Monday, March 29, 2010


It seems to me that the new health-care reform measures don't do much of anything to investigate causative factors of the exhorbitant costs of care, or to lower those costs -- only "how to get (or enable, or force) us to pay it" has been addressed. I think they're barking up the wrong tree.

Here's my plan:


Outlaw public advertising of prescription drugs. Those TV commercials ("Ask your doctor if this drug is right for you!") and two-page magazine spreads are presented to encourage use of prescription drugs and increase sales. The commercial spots are expensive to the companies, and we pay for it in higher drug costs. Another less-obvious but expensive form of drug advertising is aimed directly at physicians in the form of visitation and gifting by pharmaceutical representatives ("drug reps.") Company employees book appointments with physicians and give them a presentation about a specific drug (information? or propaganda? Since the info is supplied by the drug's manufacturer?) AND buy lunch or dinner for the entire office staff as a magnanimous gesture. They keep track of how many prescriptions for X the doctor writes, and they'll ask him next visit, "Why are you not prescribing X more often?" They bring cakes, cookies, and donuts, and free gifts of clocks, insulated coffee mugs, and exam-table paper printed with the names of their drugs, just as a few examples. On a large scale, I can't imagine how much all this must cost. In the rural physician's office where I worked, we could count on lunch from a drug rep once or twice a week. They'd call in the morning and ask what restaurant we wanted, and the office manager or receptionist would call the restaurant with our orders, and at lunch the rep would bring it in take-out boxes. My daughter in a large city has a friend who's an office nurse and says they have lunch provided EVERY SINGLE DAY from drug reps.

All of this should stop. No more TV and public-magazine advertising (medical journals are a different situation) and drug reps should not be allowed to give doctors anything but ink pens. Drugs have to carry a hefty price tag for the manufacturers to turn a profit after all this advertising and bribing.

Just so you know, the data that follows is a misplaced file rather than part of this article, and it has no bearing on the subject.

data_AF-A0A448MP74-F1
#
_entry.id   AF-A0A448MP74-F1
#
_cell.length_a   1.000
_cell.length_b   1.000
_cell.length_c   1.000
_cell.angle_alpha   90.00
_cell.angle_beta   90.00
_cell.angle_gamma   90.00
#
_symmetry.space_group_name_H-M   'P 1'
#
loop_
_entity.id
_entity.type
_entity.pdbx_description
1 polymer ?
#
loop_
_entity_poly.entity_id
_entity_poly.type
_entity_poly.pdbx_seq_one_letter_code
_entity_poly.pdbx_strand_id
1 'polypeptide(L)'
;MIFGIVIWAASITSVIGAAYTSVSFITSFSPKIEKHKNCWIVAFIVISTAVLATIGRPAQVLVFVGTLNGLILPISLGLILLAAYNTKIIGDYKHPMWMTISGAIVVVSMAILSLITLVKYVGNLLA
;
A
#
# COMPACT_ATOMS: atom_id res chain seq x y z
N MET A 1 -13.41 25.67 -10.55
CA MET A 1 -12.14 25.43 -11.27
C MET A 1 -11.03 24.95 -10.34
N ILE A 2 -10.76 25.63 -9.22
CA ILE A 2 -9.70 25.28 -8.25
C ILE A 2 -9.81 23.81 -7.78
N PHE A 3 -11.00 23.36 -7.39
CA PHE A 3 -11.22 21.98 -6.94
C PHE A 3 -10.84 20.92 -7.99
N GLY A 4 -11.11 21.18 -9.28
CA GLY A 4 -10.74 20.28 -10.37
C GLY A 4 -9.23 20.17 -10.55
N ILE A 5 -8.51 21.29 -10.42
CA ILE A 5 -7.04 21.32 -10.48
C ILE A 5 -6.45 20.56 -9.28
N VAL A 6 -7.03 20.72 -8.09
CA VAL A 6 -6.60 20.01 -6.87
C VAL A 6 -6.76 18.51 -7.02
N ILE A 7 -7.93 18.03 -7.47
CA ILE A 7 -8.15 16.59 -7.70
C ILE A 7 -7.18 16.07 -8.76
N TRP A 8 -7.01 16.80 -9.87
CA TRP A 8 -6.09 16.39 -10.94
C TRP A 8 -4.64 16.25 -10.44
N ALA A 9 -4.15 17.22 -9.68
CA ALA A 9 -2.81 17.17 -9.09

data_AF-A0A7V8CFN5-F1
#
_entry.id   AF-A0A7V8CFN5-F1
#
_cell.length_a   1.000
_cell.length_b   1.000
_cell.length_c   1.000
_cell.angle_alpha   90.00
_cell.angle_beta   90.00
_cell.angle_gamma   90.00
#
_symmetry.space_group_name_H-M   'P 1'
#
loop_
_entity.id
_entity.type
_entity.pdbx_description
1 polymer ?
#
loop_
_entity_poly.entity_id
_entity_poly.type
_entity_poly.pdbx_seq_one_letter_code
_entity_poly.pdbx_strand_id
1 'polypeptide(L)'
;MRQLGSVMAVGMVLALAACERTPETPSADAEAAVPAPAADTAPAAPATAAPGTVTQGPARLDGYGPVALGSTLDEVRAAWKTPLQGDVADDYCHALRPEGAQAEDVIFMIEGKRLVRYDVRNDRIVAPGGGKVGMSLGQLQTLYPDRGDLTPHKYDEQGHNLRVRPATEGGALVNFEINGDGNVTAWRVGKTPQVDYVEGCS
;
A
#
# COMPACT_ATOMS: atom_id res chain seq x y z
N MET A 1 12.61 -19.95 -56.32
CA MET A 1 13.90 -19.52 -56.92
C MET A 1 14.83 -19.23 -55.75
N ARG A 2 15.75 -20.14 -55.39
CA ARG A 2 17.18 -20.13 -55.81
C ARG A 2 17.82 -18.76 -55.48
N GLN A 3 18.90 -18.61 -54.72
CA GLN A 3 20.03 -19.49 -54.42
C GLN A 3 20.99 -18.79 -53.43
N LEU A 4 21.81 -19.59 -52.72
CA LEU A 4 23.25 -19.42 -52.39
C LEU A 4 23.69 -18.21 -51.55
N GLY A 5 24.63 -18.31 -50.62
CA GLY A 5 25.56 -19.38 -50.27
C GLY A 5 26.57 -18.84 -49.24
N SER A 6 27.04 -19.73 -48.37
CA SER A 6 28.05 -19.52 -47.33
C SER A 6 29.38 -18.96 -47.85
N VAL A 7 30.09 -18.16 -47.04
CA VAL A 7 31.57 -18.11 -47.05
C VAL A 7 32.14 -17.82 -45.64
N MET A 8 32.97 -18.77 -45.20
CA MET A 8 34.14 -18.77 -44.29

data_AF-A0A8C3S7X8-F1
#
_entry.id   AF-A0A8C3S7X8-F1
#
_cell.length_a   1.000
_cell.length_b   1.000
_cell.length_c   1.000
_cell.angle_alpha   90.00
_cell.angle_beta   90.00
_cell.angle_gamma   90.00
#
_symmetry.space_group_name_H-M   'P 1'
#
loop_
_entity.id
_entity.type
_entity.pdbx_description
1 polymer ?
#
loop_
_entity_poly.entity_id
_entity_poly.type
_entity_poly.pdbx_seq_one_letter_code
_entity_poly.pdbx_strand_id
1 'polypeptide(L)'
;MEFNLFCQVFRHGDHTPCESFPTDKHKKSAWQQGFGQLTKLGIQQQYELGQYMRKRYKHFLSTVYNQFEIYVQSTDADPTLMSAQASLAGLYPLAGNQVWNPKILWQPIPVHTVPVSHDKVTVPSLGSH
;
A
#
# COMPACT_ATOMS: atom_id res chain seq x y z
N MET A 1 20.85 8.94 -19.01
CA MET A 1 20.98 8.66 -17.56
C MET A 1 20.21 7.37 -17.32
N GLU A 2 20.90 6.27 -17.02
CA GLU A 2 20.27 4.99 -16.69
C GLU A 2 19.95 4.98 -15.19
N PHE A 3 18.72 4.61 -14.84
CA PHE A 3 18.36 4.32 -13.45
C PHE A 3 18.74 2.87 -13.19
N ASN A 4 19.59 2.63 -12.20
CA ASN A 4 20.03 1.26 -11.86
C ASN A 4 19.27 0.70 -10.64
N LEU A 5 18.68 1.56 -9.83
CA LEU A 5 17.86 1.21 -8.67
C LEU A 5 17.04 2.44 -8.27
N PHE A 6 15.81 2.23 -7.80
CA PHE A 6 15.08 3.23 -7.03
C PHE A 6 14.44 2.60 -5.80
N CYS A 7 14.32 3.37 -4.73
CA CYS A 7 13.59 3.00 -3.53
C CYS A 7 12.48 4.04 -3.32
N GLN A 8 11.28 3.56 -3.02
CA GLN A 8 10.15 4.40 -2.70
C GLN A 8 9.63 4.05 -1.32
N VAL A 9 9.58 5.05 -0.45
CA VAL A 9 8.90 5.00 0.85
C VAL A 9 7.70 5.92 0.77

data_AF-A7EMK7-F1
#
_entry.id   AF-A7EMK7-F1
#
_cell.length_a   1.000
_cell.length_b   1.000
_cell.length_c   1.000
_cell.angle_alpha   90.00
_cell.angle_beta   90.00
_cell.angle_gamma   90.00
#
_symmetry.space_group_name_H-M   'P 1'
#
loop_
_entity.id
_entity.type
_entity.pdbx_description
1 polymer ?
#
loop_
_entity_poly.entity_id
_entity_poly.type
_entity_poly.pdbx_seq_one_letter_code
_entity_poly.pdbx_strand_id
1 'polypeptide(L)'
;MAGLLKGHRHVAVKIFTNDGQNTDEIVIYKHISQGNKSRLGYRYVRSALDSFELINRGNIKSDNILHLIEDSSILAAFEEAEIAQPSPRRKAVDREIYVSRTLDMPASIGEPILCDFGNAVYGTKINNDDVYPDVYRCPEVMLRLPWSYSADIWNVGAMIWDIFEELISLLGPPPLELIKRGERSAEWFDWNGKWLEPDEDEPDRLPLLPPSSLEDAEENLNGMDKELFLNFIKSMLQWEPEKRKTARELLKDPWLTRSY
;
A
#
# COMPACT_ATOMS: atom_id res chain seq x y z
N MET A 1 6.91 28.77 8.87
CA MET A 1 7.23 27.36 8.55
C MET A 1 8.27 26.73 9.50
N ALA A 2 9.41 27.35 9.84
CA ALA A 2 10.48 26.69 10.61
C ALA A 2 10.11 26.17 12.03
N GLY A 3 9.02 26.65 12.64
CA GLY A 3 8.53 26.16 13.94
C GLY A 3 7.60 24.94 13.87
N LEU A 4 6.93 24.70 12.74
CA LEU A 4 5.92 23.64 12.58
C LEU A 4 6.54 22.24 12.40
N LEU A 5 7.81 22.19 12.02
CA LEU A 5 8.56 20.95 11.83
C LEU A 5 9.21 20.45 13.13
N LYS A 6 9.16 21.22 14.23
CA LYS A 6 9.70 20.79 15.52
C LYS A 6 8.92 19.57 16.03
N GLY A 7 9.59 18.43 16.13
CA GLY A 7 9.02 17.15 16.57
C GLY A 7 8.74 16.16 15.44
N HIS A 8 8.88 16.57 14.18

Outlaw class-action lawsuits, which often reimburse individuals who never suffered any ill effects of a drug or treatment and never filed suit. Outlaw prescription-specific litigation advertising: "Have you or a loved one been injured by Yaz? Levaquin? Crestor? Etc.? Etc.? Call our law firm NOW!" Success or settlement of these cases increases the price of drugs yet again.

Outlaw commercial advertising by medical-injury litigators. "Have you been injured, sickened, or killed by a medical mistake? Does your child have a birth defect? Have you started sneezing? Call our firm and GET MONEY." Physicians, hospitals, nursing homes, and other care practices, out of necessity charge the consumer more in order to cover their liability insurance. The only place litigation attorneys should be able to advertise is the newspaper and the Yellow Pages. Medical litigation is a feeding frenzy.

Consumers should, indeed, be able to bring suit for legitimate damages. But put an end to frivolous lawsuits: if the litigant loses, they pay EVERYONE'S court costs, including the attorney for the defendant, all of the court staff, lost wages of anyone testifying... every single cost incurred by anyone involved in that case.

Set a cap on the amount of damages that can be awarded, keeping it relevant to the actual cost of the injury, subsequent required care, lost wages and reduced quality of life.

These measures could go a long way in reducing the cost of health care, prescription medications, and medical insurance.

Sunday, March 21, 2010


I went to this race yesterday, part of the Pennsylvania Maple Festival in Meyersdale, PA.

5-mile run; I've been doing casual runs of anything from a half hour to an hour, not pushing hard at all, just doing time. I expected to have fun and probably break an hour; or, if it was a really good day, maybe make it in 50 minutes.

My time:

Early on a man about my age started running with me, and we started talking, and he was going just a little faster than I was comfortable maintaining, but I was having fun talking with him. We talked just about the whole time. Now and then I'd say, "I have to quit talking, I can't keep up this pace and talk, too," and he'd say, "Well, your pace is just about perfect for me," and then he'd say something and I'd answer and we'd be talking again. My shoe came untied and he actually waited while I tied it because he wanted to stay with me! So I have him to thank for my unexpected performance!